In studies involving seizure semiology, the inclusion criteria are crucial. In studies in which the assessment of the location of the epileptogenic zone is based only on EEG and/or imaging, it is most likely that such studies also include patients in which the true epileptogenic zone was outside the frontal lobe. On the other hand, studies including only patients after successful surgery (seizure-free post-surgery) are also not truly representative of frontal lobe epilepsy because a considerable number of patients with frontal lobe epilepsy are not good surgical candidates or surgery is never considered because they are well controlled.

Studies with a more inclusive definition of frontal lobe epilepsy

Wieser was the first one to use cluster analysis methodology to distinguish ’psychomotor seizures’ (i.e. seizures with semipurposeful behavior and automatisms) arising from different locations. His findings are included in the International Classification of Epilepsies of 1989 [27]. Similar techniques were used in our institution to investigate seizure symptomatology of temporal lobe seizures [28] and also frontal lobe seizures [29, 30]. According to these findings, frontal lobe seizures can be subdivided into the following larger groups: focal clonic seizures, bilateral asymmetric tonic seizures, complex motor seizures.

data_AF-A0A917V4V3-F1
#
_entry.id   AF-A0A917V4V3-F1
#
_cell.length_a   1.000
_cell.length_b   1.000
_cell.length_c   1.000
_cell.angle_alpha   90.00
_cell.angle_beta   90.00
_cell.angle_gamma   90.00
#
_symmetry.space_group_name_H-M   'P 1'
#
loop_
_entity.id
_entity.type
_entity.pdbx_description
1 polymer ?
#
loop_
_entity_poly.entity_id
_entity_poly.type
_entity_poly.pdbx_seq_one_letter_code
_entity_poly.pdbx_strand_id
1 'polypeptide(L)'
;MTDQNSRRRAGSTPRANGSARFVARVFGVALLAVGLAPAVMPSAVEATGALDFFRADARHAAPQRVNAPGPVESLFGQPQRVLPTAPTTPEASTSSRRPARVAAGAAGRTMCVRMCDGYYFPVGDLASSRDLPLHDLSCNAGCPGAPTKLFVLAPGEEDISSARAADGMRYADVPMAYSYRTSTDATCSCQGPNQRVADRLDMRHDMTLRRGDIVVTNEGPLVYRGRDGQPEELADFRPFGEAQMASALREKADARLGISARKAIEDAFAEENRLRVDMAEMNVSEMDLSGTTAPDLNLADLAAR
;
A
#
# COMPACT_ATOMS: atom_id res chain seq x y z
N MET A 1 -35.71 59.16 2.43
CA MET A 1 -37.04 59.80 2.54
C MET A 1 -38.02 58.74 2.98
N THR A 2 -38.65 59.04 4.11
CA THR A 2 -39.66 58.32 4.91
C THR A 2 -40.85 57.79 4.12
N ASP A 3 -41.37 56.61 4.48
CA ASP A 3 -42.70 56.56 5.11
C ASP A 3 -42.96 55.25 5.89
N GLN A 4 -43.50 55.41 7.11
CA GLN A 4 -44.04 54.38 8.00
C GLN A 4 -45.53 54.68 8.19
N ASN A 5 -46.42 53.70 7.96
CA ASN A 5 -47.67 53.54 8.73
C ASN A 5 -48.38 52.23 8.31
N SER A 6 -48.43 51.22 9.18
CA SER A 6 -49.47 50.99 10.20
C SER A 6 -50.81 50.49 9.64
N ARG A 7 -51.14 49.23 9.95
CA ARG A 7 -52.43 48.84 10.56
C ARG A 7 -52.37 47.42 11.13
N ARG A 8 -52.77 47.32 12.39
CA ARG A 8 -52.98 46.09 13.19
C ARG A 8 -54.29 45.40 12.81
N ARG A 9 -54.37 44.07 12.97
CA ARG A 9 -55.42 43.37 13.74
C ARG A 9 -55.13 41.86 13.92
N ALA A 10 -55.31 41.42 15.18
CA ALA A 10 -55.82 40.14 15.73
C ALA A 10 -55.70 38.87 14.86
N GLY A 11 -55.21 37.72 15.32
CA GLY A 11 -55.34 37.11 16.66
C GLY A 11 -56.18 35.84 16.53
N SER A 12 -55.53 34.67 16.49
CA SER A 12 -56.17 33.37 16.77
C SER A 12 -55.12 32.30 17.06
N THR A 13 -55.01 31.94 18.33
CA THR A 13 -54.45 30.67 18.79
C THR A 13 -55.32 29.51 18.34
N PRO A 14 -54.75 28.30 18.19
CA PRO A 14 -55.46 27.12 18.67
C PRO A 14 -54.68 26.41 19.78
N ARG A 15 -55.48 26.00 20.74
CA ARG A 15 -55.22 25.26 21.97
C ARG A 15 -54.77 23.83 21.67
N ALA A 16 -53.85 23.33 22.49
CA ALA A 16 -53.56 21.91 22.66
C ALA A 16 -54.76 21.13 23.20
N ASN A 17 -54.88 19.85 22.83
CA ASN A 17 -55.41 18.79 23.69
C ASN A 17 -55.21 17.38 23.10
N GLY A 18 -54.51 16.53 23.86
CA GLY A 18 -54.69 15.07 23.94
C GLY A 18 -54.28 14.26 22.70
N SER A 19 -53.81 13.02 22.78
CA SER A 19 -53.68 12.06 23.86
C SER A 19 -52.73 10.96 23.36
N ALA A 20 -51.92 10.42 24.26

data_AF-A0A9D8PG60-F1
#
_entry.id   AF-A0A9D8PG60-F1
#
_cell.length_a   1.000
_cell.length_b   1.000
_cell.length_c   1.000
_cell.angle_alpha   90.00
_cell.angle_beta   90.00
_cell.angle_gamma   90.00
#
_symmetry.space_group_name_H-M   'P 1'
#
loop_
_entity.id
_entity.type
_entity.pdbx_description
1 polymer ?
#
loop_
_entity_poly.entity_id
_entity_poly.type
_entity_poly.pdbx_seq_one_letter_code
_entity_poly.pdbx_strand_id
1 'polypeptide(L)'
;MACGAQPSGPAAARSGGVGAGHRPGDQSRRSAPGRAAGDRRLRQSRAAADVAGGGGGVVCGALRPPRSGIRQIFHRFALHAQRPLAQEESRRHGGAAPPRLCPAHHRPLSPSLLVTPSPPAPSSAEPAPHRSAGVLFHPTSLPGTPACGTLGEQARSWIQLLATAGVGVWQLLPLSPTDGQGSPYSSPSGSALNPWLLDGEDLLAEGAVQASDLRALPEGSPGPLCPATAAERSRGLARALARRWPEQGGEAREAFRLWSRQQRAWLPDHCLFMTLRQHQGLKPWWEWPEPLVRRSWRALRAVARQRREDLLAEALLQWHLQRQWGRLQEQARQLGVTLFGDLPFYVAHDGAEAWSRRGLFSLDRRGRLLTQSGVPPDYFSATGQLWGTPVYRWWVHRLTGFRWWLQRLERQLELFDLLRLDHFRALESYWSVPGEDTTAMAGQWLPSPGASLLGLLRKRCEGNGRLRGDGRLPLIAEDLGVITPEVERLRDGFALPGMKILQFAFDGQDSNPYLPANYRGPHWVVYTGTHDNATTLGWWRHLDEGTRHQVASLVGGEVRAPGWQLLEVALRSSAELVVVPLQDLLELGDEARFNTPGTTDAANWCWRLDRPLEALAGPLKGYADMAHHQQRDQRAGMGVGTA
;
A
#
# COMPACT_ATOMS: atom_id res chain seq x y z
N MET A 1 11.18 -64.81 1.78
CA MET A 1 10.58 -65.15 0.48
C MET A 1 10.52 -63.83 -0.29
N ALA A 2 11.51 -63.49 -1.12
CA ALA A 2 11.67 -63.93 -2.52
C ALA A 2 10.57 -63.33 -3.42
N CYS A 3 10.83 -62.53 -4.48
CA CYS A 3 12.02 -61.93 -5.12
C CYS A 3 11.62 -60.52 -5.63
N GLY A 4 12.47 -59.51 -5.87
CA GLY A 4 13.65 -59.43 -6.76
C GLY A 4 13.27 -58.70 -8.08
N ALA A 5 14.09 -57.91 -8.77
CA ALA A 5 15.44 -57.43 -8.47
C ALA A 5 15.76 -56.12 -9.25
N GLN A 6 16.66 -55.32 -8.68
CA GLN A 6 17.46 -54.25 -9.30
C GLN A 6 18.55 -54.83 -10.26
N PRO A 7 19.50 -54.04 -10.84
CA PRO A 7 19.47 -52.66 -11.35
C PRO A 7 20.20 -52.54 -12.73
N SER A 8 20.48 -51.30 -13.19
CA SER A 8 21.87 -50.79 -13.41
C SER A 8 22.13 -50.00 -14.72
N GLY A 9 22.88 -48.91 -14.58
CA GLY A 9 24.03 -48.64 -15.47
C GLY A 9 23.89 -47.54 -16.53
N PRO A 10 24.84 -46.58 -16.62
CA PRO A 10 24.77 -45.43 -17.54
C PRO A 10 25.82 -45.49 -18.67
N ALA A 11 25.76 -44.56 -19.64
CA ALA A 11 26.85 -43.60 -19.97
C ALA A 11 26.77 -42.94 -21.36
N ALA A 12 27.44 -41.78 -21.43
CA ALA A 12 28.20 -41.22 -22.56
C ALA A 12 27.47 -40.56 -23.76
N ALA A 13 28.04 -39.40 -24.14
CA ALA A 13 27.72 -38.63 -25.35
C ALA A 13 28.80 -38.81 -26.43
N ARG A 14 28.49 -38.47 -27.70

Focal clonic seizures

Spread of epileptic activity into the primary motor cortex usually leads to focal clonic motor activity in the contralateral body [31]. This activity tends to start with a continuous increase in muscle tone associated with repetitive fast spiking over the precentral gyrus, followed by a regular pattern of synchronous, short contraction of agonistic and antagonistic muscles alternating with muscle relaxation [32]. The motor activity may be preceded by a somatosensory or nonspecific aura in 20-30 of the cases [30, 33]. The most frequent sequence consists of clonic activity starting unilaterally in the face, then spreading to the arm of the same side, followed by speech arrest, and eye blinking [30]. One of the main characteristics of this seizure type is the preservation of consciousness [30].